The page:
Credit: Jen Chan
When taco pop-up joint La Carnita set up shop in Toronto’s Brick Works for a taco and art event earlier this month, they were expecting 1500 people. Instead, over 3000 showed up, and La Carnita ended up serving over 2500 tacos to the rabid crowd.
Thanks to TV shows like the Food Network’s Eat St., spillover social media buzz from foodie hotspots like Los Angeles, and the organizing power of groups such as Ontario Food Trucks, street food has the attention of Torontonians. Whether food trucks and pop-up make good business sense is an entirely different matter.
If nothing else, the market is primed and ready—food has always been a hot property in Toronto. The near obsessive nature of online chatter dedicated to restaurant openings, new dishes, and food trends lends Toronto the aura of being a foodie city par excellence and the numbers back it up — 58,000 Torontonians are employed by the food industry, the second largest cluster in North America after L.A.
Street food offers a quick and dirty way to break into the food industry. Andrew Richmond, co-founder and head chef of La Carnita, works in design, but wanted to act on his passion for food.
He began by cooking at industry events in late June 2011 and word of mouth quickly spread. Though he began to formalize the process somewhat by using Foodshare for ingredients and borrowing his friend’s commercial kitchens, with only kitchen equipment and ingredients to consider he was able to keep costs low.
Food truck, while popular, require significantly more start-up capital. Adam Hynam-Smith, chef at the Toronto food truck that kicked off the current craze, El Gastrónomo Vagabundo, admitted that while overhead costs for a food truck might be cheaper, it’s really all relative.
“The best way to look at it, there’s no difference between a restaurant and a food truck, as a business,” said Smith. “We both serve food to people. We’re both a kitchen…the only thing that separate us are washroom and seating.”
The Cupcake Diner founder Natalie Ravoi found that food trucks can even be more expensive — it would have been cheaper for her to operate a storefront bakery, due to initial costs of outfitting a truck.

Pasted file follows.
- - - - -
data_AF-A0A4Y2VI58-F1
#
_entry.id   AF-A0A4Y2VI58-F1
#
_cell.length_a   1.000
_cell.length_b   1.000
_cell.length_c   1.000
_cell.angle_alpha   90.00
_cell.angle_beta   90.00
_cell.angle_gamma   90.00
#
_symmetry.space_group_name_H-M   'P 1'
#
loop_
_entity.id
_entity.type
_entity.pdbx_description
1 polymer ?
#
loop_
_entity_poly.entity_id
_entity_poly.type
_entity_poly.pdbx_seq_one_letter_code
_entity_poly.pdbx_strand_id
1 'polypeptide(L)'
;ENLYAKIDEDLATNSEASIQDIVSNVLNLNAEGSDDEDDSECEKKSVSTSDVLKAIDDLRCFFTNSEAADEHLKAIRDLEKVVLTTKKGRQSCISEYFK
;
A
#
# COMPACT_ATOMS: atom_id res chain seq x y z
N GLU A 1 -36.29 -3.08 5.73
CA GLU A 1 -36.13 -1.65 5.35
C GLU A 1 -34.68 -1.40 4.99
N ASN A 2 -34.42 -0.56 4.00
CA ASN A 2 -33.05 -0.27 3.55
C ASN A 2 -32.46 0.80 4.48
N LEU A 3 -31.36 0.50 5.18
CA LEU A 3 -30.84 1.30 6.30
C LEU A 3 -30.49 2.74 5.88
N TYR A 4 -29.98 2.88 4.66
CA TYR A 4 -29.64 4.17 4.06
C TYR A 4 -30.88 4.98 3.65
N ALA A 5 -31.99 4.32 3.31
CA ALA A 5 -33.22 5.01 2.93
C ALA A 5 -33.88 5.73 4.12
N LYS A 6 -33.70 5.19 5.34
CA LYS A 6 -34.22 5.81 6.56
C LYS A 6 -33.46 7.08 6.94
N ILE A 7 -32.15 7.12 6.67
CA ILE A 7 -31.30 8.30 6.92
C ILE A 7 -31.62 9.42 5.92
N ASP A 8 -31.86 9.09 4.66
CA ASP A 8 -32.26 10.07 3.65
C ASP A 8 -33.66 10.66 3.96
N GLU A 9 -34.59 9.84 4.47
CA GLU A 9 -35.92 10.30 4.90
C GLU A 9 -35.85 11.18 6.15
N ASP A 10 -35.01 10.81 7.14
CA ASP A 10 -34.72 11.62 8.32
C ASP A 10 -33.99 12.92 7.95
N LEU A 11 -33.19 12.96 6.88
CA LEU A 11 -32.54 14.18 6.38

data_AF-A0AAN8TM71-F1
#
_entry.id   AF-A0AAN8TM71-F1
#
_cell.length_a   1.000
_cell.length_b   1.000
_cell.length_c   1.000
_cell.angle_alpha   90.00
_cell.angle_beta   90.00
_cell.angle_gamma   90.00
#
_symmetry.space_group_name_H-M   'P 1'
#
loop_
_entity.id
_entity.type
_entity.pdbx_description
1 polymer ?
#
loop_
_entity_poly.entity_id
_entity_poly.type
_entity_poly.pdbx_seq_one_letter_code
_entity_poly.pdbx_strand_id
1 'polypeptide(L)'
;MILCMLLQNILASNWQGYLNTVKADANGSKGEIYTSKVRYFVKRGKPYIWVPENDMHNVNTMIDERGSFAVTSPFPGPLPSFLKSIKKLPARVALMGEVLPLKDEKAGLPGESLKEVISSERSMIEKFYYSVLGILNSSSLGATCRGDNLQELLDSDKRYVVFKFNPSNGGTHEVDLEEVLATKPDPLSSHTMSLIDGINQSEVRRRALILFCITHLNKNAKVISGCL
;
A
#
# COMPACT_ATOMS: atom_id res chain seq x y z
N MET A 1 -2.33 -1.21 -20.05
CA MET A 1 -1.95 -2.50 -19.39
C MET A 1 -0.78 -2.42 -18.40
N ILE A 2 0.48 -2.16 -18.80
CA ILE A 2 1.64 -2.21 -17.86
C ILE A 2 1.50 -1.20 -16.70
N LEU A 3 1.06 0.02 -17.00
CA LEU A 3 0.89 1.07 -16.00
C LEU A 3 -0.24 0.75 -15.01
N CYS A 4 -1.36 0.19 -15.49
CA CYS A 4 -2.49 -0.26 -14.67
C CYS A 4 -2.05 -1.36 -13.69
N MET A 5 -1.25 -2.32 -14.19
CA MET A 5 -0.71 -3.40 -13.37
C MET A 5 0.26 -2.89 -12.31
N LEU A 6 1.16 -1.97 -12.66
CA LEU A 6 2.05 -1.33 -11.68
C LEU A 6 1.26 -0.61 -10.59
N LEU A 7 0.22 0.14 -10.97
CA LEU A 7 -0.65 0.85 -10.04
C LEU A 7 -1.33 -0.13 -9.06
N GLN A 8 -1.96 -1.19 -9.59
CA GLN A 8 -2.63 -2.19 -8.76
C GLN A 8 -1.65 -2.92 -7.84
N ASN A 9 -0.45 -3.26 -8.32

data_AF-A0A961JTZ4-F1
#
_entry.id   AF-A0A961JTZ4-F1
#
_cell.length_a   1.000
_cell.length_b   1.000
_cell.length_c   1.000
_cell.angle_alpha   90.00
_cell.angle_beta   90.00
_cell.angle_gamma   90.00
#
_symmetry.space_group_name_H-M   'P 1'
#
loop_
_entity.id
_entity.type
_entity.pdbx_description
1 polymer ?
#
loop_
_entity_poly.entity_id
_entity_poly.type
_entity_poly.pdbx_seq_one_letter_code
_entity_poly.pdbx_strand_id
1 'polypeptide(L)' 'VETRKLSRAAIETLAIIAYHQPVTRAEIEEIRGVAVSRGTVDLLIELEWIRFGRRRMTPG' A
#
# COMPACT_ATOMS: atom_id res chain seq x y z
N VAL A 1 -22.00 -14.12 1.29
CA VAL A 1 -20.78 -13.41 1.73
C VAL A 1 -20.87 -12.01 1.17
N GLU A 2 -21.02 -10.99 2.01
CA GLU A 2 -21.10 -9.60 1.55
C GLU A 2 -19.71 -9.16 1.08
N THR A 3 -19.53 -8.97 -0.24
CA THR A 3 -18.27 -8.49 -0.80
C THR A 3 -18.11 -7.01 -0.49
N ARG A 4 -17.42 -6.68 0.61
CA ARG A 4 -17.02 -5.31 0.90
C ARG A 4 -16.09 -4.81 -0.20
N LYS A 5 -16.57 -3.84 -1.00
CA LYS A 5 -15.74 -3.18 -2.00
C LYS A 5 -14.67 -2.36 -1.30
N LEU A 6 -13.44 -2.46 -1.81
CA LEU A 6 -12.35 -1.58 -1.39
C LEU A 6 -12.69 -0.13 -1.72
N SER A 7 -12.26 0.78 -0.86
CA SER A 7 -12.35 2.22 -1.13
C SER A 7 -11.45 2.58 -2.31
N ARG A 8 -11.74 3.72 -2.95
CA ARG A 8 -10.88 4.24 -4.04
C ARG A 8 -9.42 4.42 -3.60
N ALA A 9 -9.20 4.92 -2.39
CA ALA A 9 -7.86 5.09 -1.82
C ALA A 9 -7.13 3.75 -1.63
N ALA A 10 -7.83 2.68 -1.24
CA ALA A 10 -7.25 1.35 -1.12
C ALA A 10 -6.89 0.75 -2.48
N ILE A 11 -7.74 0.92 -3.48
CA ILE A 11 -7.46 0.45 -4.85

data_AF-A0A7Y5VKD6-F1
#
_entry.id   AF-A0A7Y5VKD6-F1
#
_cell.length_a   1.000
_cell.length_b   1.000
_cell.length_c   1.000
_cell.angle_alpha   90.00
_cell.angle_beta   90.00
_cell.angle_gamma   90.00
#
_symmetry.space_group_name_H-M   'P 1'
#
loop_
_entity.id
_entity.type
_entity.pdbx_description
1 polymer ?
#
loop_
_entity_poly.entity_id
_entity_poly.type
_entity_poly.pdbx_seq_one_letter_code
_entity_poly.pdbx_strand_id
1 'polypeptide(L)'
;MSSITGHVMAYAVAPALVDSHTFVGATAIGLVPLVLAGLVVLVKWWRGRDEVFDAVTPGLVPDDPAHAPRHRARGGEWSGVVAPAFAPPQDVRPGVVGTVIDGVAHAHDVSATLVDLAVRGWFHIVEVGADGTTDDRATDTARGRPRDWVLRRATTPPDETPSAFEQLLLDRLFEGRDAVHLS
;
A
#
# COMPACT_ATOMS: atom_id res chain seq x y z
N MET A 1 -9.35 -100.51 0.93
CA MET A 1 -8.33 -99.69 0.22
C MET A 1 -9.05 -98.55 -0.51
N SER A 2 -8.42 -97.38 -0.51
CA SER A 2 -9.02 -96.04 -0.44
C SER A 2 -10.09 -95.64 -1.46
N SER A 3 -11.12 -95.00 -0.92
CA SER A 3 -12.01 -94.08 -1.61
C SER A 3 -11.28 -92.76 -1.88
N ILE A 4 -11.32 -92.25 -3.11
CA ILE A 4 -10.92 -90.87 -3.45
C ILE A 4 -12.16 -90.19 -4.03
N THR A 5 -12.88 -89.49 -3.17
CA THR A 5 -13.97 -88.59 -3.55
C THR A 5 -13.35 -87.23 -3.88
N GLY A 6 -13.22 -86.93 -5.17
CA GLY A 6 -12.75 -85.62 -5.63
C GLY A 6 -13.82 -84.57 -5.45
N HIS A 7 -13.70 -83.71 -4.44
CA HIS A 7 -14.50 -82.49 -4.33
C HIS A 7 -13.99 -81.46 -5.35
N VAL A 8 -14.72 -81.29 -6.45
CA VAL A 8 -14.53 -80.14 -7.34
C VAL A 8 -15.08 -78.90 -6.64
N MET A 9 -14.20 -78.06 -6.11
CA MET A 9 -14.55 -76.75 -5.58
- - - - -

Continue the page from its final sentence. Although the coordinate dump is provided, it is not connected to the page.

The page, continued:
There’s also the small matter of not being able to sell alcohol, a part of the bricks and mortar restaurant biz that Smith calls “100% profit.” Food prices are also kept artificially low to satisfy the perception that street food should be fast, and cheap. While a patron might pay upwards of $20 for one of his dishes in a restaurant, he charges around $6, creating a situation where he said he has to “sell an absolute bucketload of food to make money back.”
Still, the opportunity to work corporate and private events make food trucks more of a potential moneymaker. Ravoi was astounded by the demand for her truck, and relieved to be able to count on moving a defined number of product (as many as 2000 cupcakes in four hours). When on the road, food trucks also have the ability to flit between the best locations or find strength in numbers—events such as Toronto Food Truck Eats have been met with long lines and plenty of online buzz.
While the pick-up-and-go nature of the food truck business works well in cities such as Hamilton, operating in Toronto is less of a free and easy affair. Current by-laws and licensing restrictions make finding a place to park a hassle, though renewed political will to cut the red tape might soon make this a non-issue.
Hopping between cities is also not such an easy matter. Food trucks need separate licenses to operate in each city — up to $1030.25 per year in Toronto, plus $352.52 for every member of staff.
Where food trucks do have an advantage is in the area of the oh-so-important public health inspections. According to Mark Macdonald, the co-founder of Toronto Food Trucks, food trucks have an easier time passing health inspections due to their small size, and because of lack of storage, ingredients tend to be fresh.
For those who are able to balance out the drawbacks, operating a pop-up or food truck biz can make for a much more seamless transition to bricks and mortar, as La Carnita’s Richmond is set to do on College Street in June. Richmond creds his pop up experience with being able to test his taqueria concept, and building his reputation, before making a major financial investment.
With Dallas, Texas going from six food trucks to over 50 in the past year, it just might be Toronto’s turn to capitalize on the street food craze.
“It’s certainly not a get-rich-quick type of a business,” Macdonald cautioned. “It’s one [where] you need to be committed and have a passion for food to make happen.”
This is Bronwyn Kienapple’s first piece for Toronto Standard. Follow her on Twitter